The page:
Number of Employees Type of Assistance Amount; Basic terms Other Notable Features
“Small business” under SBA definition, based on NAICS codes Expanded SBA section 7(b) loan guarantees Up to $2 million; Up to 30 years; interest rate capped at 3.75%.
Up to 500 (subject to SBA affiliation rules; exceptions for hotels, food services) New SBA section 7(a) loan guarantees 2.5 times the average monthly payroll costs, up to $10 million; may be used for payroll support and benefits; fees waived. Loan forgiveness up to amounts equal to 8 weeks of payroll costs, mortgage interest, rent, and utilities.
500 to 10,000 New Federal Reserve Mid-Size Business Assistance (direct loans from lenders financed by the Fed) Interest rate no higher than 2%; no principal or interest for first 6 months. Retain at least 90% of workforce; U.S. company; no dividends or stock buybacks; no outsourcing or offshoring; maintain union agreements; executive compensation limits.
Small and Mid-Size Businesses (presumably up to 10,000 employees) Main Street Lending Program (direct loans from lenders financed by the Fed) To be implemented by the Fed. Unknown. There may be Federal Reserve action soon on this.
Applies to all U.S. companies that own eligible collateral and maintain an account with a primary dealer Federal Reserve Term Asset-Backed Securities Loan Facility (TALF) Loans secured by eligible consumer and small business asset-backed securities, such as student loans, auto and credit card loans, loans guaranteed by the SBA, and certain other assets. Presume no dividends or stock buybacks; U.S. company; executive compensation limits; awaiting final regulations from the Federal Reserve.

Applies to all U.S. companies rated at least BBB-/Baa3

 

Federal Reserve Primary Market Corporate Credit Facility (PMCCF) Loan and bond financing to U.S. companies with investment grade debt ratings; maturity of 4 years or less. Presume no dividends or stock buybacks; U.S. company; executive compensation limits; awaiting final regulations from the Federal Reserve.

Applies to all U.S. companies rated at least BBB-/Baa3

 

Federal Reserve Secondary Market Corporate Credit Facility (SMCCF) Purchase in the secondary market bonds issued by U.S. companies with investment-grade debt ratings; limited to 10% of all bonds outstanding. Presume no dividends or stock buybacks; U.S. company; executive compensation limits; awaiting final regulations from the Federal Reserve.

** NOTE: Separate Treasury lending programs have been set up for airlines and “businesses critical to maintaining national security.”

For more detail on small business loan programs, please see the GT Alert “Congress Passes CARES Act: Overview of the Relief Available to Small and Other Business Concerns.”

For more details on programs available through federal financial regulatory agencies to businesses of all sizes, please see the GT Alert “COVID-19 Federal Legislative and Regulatory Economic Stabilization Programs – What Your Business Needs to Know.”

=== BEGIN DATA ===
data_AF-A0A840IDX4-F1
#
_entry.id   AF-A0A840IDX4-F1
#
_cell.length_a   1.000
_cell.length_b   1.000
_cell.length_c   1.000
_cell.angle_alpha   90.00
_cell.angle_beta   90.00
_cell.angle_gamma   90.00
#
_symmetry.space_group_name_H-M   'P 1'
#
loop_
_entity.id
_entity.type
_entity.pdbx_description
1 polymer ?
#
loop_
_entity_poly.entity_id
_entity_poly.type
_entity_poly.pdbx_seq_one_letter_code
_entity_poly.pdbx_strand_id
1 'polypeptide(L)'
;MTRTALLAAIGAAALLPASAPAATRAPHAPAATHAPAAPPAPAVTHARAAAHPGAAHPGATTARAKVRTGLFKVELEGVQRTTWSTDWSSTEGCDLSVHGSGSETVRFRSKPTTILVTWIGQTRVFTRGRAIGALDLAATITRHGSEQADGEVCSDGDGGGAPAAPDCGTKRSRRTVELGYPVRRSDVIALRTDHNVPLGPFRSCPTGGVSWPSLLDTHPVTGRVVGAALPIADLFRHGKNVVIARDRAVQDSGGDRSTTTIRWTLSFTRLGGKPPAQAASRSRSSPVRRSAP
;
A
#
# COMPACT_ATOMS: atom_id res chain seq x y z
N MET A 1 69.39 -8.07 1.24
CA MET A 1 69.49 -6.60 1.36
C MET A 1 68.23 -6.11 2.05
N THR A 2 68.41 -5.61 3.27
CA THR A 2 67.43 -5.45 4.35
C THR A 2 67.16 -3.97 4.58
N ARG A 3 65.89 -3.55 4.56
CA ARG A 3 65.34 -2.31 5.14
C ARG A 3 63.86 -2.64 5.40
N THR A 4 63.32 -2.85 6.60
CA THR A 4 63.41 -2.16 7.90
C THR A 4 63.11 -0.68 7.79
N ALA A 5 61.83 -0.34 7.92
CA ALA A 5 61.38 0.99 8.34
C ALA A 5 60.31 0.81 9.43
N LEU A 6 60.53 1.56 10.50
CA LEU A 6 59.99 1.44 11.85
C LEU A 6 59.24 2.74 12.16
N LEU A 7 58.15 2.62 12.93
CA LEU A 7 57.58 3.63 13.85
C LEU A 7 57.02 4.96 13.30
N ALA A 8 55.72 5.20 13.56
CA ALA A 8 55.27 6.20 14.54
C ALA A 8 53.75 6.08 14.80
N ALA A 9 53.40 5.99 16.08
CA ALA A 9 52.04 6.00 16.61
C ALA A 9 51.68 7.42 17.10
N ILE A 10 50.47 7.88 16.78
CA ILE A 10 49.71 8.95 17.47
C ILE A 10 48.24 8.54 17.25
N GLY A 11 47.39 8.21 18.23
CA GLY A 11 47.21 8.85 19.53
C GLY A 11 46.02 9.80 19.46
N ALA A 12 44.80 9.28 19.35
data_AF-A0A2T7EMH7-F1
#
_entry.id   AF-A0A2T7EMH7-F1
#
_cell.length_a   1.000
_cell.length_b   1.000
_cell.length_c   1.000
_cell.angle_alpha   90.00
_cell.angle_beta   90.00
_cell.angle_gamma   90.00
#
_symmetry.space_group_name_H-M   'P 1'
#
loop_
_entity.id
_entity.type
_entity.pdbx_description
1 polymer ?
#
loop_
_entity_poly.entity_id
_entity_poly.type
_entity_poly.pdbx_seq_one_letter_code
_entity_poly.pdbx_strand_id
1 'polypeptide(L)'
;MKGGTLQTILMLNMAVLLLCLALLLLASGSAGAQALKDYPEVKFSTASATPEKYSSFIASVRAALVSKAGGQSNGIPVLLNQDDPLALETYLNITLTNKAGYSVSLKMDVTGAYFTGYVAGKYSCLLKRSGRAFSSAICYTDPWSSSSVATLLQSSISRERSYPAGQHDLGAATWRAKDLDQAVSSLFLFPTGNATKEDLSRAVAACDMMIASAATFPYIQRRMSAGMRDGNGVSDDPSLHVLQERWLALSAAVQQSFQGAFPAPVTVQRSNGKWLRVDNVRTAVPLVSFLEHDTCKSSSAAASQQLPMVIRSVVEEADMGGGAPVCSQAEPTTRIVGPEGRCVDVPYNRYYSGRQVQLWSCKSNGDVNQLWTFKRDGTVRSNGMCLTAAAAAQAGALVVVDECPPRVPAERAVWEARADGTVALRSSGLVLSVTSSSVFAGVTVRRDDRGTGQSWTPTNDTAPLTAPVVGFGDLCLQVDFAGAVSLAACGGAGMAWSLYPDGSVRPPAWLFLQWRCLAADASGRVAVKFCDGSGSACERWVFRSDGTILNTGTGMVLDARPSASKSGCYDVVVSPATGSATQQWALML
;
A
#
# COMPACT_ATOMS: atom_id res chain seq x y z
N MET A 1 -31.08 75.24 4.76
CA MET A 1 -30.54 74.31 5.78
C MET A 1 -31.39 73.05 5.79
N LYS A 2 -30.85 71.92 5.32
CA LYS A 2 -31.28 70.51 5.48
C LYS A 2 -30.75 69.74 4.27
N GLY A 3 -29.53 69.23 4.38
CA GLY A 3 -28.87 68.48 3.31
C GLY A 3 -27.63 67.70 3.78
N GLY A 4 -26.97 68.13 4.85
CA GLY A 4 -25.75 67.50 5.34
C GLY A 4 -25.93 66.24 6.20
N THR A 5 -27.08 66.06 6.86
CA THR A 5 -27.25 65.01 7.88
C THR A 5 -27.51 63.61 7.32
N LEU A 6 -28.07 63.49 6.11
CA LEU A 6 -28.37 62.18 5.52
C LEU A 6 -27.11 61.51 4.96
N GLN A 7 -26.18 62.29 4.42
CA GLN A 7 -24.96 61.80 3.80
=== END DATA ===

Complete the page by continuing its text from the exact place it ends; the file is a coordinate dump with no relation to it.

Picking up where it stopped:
For more information and updates on the developing situation, visit GT’s Health Emergency Preparedness Task Force: Coronavirus Disease 2019 or GT’s Economic Stimulus Team.

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Photo of Robert Mangas Robert Mangas

Rob Mangas is Co-Managing Shareholder of the Washington, D.C. office and Co-Chair of the firm’s Washington, D.C. Federal Government Law & Policy Practice. Rob focuses his practice on advocacy before the U.S. Congress and federal agencies. He represents clients in a variety of…

Rob Mangas is Co-Managing Shareholder of the Washington, D.C. office and Co-Chair of the firm’s Washington, D.C. Federal Government Law & Policy Practice. Rob focuses his practice on advocacy before the U.S. Congress and federal agencies. He represents clients in a variety of different industry sectors, and is experienced in navigating U.S. House and Senate Rules and in legislative drafting.

Photo of Lee Ann Anderson Lee Ann Anderson

Lee Ann Anderson focuses her practice on capital markets, structured finance and corporate transactions, with broad experience in U.S. and cross-border securities offerings. In the current global crisis, Lee Ann serves as a member of our COVID-19 Economic Stimulus Response Team and has…

Lee Ann Anderson focuses her practice on capital markets, structured finance and corporate transactions, with broad experience in U.S. and cross-border securities offerings. In the current global crisis, Lee Ann serves as a member of our COVID-19 Economic Stimulus Response Team and has counseled scores of companies about relief under Titles I and IV of the CARES Act and relief programs established by the Federal Reserve.

Lee Ann counsels issuers and investment banks on certificates of deposits, including rates-, commodities-, equity-, and proprietary index-linked products. She has wide-ranging experience in debt and equity capital markets, securitizations, and other structured finance transactions. Her practice has included scores of domestic and international debt and equity offerings, as well as securitizations of receivables and other collateral, complex tax-based structures utilizing swaps and other derivatives. Lee Ann also has advised a number of foreign and domestic public companies with respect to a wide range of corporate and securities matters, including reporting obligations.

Additionally, Lee Ann has deep experience counseling clients on corporate transactions, including mergers, stock purchases, asset sales, joint ventures, and other reorganization transactions. She also provides a range of general corporate and governance advice. Lee Ann has a strong commitment to pro bono work and served as a pro bono coordinator at her previous firm.